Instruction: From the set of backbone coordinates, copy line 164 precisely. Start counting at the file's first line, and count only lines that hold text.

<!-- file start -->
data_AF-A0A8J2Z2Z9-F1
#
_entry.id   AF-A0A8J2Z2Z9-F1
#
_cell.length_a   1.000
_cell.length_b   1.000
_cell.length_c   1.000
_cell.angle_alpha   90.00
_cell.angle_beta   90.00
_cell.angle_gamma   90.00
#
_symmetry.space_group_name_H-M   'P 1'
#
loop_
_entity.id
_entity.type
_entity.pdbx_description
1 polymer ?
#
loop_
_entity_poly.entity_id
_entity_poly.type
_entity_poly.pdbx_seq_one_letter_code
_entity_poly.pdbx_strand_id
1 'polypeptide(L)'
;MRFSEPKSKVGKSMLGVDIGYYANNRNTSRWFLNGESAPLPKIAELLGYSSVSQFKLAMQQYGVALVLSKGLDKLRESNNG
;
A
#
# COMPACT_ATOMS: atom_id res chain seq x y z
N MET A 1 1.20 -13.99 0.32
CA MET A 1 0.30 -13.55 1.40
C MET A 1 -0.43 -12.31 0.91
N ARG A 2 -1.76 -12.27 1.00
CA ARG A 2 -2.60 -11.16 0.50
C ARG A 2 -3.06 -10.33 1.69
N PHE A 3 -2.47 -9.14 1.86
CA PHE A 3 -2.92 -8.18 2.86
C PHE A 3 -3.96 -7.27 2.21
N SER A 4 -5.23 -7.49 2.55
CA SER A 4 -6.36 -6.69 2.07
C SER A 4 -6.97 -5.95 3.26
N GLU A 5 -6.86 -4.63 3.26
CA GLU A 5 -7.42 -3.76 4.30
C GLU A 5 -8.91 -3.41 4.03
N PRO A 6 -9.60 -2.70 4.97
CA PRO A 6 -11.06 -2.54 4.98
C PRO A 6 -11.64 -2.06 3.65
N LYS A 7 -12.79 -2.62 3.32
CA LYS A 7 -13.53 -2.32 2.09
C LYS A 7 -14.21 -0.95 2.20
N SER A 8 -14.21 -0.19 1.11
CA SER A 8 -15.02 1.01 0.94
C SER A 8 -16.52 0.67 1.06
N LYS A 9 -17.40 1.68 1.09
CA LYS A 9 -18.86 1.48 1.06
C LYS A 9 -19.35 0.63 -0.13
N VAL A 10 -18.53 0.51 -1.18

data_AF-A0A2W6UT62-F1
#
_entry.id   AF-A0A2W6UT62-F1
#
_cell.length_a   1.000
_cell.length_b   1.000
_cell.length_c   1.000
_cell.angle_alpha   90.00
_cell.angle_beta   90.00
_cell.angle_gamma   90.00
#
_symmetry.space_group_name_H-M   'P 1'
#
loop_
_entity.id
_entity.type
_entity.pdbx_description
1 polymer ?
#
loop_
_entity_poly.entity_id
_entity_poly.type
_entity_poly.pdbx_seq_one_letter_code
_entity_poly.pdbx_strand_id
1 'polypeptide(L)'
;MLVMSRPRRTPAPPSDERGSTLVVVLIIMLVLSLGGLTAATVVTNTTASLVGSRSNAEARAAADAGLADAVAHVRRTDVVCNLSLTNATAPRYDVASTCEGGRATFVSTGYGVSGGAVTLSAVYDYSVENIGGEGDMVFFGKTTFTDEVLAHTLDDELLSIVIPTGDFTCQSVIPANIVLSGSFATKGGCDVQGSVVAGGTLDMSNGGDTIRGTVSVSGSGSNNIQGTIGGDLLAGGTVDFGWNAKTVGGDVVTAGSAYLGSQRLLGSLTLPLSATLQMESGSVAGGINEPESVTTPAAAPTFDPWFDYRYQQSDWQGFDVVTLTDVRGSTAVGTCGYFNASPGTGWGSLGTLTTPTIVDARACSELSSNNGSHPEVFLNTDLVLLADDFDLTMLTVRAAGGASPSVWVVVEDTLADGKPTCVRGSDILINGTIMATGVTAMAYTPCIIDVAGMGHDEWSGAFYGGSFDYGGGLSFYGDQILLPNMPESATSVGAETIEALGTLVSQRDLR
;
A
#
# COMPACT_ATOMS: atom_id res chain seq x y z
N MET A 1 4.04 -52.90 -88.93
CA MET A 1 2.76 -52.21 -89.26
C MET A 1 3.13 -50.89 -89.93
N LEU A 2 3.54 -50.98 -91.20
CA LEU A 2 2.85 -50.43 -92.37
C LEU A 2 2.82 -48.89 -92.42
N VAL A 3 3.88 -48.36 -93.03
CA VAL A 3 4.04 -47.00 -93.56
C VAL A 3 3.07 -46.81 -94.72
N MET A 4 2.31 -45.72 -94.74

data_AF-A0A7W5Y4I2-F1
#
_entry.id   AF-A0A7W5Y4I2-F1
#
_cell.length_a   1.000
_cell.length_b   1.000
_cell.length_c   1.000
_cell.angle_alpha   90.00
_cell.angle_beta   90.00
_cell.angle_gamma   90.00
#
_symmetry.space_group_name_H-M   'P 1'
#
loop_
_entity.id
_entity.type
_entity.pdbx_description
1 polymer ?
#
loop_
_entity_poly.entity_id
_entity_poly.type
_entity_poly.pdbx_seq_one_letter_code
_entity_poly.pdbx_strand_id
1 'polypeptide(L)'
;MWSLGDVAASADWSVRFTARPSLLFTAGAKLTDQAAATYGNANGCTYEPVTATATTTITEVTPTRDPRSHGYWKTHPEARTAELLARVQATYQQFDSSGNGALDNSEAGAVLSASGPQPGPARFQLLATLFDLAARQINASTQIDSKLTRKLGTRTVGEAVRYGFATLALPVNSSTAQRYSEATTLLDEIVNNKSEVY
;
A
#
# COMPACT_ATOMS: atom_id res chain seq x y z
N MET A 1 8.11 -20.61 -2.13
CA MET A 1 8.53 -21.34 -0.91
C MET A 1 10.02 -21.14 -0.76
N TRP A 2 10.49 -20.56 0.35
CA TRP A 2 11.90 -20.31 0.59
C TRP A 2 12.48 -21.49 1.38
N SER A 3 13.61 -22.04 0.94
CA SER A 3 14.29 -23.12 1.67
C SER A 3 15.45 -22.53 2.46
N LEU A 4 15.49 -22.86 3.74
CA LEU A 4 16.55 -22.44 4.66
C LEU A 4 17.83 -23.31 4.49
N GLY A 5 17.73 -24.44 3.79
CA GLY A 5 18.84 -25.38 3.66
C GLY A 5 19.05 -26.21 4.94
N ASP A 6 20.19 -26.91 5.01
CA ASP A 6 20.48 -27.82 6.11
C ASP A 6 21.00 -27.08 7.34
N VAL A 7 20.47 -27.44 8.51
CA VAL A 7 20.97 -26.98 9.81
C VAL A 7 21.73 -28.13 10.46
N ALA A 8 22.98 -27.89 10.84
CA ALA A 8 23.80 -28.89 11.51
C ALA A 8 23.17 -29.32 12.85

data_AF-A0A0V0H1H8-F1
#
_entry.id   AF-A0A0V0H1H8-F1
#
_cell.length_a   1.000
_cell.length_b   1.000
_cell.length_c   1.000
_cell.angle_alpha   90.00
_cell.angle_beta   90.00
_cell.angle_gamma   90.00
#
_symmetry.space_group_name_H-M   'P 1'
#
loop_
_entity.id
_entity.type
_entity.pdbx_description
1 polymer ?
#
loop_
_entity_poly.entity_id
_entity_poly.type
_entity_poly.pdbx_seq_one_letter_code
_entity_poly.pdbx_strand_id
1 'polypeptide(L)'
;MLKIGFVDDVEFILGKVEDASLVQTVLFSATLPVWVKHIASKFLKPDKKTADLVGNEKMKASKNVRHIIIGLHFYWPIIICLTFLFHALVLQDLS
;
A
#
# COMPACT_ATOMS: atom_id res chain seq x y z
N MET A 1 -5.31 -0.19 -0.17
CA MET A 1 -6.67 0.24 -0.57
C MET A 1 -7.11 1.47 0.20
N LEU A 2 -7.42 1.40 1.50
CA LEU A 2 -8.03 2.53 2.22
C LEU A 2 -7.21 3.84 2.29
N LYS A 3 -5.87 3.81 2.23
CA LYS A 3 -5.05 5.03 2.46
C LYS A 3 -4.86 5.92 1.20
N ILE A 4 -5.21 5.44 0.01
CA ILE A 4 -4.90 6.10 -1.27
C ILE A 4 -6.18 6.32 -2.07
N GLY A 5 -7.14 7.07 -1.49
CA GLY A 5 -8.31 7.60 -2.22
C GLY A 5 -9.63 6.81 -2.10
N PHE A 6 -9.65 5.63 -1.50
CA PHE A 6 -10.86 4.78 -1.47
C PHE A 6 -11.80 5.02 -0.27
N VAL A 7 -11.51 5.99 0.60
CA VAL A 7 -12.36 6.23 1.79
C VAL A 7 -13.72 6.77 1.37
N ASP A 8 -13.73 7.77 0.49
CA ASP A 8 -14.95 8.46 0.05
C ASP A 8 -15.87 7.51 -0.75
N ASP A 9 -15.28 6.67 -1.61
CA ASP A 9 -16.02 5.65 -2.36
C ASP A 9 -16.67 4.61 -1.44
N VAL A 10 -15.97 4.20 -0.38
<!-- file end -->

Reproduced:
_symmetry.space_group_name_H-M   'P 1'